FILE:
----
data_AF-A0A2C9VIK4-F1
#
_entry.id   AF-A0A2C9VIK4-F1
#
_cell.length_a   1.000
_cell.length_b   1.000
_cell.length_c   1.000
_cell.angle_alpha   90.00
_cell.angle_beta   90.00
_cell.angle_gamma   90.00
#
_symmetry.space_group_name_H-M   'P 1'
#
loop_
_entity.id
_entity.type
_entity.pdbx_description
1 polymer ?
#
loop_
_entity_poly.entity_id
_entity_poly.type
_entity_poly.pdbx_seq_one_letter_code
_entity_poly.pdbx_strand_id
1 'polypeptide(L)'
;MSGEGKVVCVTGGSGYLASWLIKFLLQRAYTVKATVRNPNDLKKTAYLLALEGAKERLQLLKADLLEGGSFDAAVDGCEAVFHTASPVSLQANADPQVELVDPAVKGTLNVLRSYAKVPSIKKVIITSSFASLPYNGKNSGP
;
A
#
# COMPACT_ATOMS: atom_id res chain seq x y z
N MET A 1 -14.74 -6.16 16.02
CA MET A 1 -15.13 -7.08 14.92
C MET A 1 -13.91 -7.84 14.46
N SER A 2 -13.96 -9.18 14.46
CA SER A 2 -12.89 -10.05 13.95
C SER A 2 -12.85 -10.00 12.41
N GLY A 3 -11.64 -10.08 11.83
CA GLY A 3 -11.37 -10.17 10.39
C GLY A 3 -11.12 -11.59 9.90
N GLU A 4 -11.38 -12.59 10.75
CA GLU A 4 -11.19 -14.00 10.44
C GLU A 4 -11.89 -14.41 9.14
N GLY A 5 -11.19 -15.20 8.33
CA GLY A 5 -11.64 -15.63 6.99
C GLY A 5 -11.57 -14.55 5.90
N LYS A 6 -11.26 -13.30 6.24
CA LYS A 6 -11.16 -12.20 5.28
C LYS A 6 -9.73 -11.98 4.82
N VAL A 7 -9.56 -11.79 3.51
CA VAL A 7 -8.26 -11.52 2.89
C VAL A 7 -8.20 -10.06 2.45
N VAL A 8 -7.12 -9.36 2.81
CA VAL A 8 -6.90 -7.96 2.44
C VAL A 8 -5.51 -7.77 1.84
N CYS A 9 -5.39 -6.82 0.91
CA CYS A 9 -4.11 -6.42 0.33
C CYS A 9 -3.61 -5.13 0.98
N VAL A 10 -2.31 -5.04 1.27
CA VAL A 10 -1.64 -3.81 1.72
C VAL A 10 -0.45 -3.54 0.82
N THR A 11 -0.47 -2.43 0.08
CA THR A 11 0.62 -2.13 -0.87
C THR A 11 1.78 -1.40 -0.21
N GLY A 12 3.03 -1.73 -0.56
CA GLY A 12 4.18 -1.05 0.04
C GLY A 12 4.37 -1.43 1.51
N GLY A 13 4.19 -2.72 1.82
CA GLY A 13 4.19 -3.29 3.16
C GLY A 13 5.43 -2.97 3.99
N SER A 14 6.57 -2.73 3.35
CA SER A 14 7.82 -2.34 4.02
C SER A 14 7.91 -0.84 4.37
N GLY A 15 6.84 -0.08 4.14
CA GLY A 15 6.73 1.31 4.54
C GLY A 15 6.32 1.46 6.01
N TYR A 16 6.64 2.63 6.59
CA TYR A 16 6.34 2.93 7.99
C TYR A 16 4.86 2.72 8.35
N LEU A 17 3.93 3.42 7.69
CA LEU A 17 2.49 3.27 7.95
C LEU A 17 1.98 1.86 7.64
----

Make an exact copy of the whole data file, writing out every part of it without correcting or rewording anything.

data_AF-A0A2C9VIK4-F1
#
_entry.id   AF-A0A2C9VIK4-F1
#
_cell.length_a   1.000
_cell.length_b   1.000
_cell.length_c   1.000
_cell.angle_alpha   90.00
_cell.angle_beta   90.00
_cell.angle_gamma   90.00
#
_symmetry.space_group_name_H-M   'P 1'
#
loop_
_entity.id
_entity.type
_entity.pdbx_description
1 polymer ?
#
loop_
_entity_poly.entity_id
_entity_poly.type
_entity_poly.pdbx_seq_one_letter_code
_entity_poly.pdbx_strand_id
1 'polypeptide(L)'
;MSGEGKVVCVTGGSGYLASWLIKFLLQRAYTVKATVRNPNDLKKTAYLLALEGAKERLQLLKADLLEGGSFDAAVDGCEAVFHTASPVSLQANADPQVELVDPAVKGTLNVLRSYAKVPSIKKVIITSSFASLPYNGKNSGP
;
A
#
# COMPACT_ATOMS: atom_id res chain seq x y z
N MET A 1 -14.74 -6.16 16.02
CA MET A 1 -15.13 -7.08 14.92
C MET A 1 -13.91 -7.84 14.46
N SER A 2 -13.96 -9.18 14.46
CA SER A 2 -12.89 -10.05 13.95
C SER A 2 -12.85 -10.00 12.41
N GLY A 3 -11.64 -10.08 11.83
CA GLY A 3 -11.37 -10.17 10.39
C GLY A 3 -11.12 -11.59 9.90
N GLU A 4 -11.38 -12.59 10.75
CA GLU A 4 -11.19 -14.00 10.44
C GLU A 4 -11.89 -14.41 9.14
N GLY A 5 -11.19 -15.20 8.33
CA GLY A 5 -11.64 -15.63 6.99
C GLY A 5 -11.57 -14.55 5.90
N LYS A 6 -11.26 -13.30 6.24
CA LYS A 6 -11.16 -12.20 5.28
C LYS A 6 -9.73 -11.98 4.82
N VAL A 7 -9.56 -11.79 3.51
CA VAL A 7 -8.26 -11.52 2.89
C VAL A 7 -8.20 -10.06 2.45
N VAL A 8 -7.12 -9.36 2.81
CA VAL A 8 -6.90 -7.96 2.44
C VAL A 8 -5.51 -7.77 1.84
N CYS A 9 -5.39 -6.82 0.91
CA CYS A 9 -4.11 -6.42 0.33
C CYS A 9 -3.61 -5.13 0.98
N VAL A 10 -2.31 -5.04 1.27
CA VAL A 10 -1.64 -3.81 1.72
C VAL A 10 -0.45 -3.54 0.82
N THR A 11 -0.47 -2.43 0.08
CA THR A 11 0.62 -2.13 -0.87
C THR A 11 1.78 -1.40 -0.21
N GLY A 12 3.03 -1.73 -0.56
CA GLY A 12 4.18 -1.05 0.04
C GLY A 12 4.37 -1.43 1.51
N GLY A 13 4.19 -2.72 1.82
CA GLY A 13 4.19 -3.29 3.16
C GLY A 13 5.43 -2.97 3.99
N SER A 14 6.57 -2.73 3.35
CA SER A 14 7.82 -2.34 4.02
C SER A 14 7.91 -0.84 4.37
N GLY A 15 6.84 -0.08 4.14
CA GLY A 15 6.73 1.31 4.54
C GLY A 15 6.32 1.46 6.01
N TYR A 16 6.64 2.63 6.59
CA TYR A 16 6.34 2.93 7.99
C TYR A 16 4.86 2.72 8.35
N LEU A 17 3.93 3.42 7.69
CA LEU A 17 2.49 3.27 7.95
C LEU A 17 1.98 1.86 7.64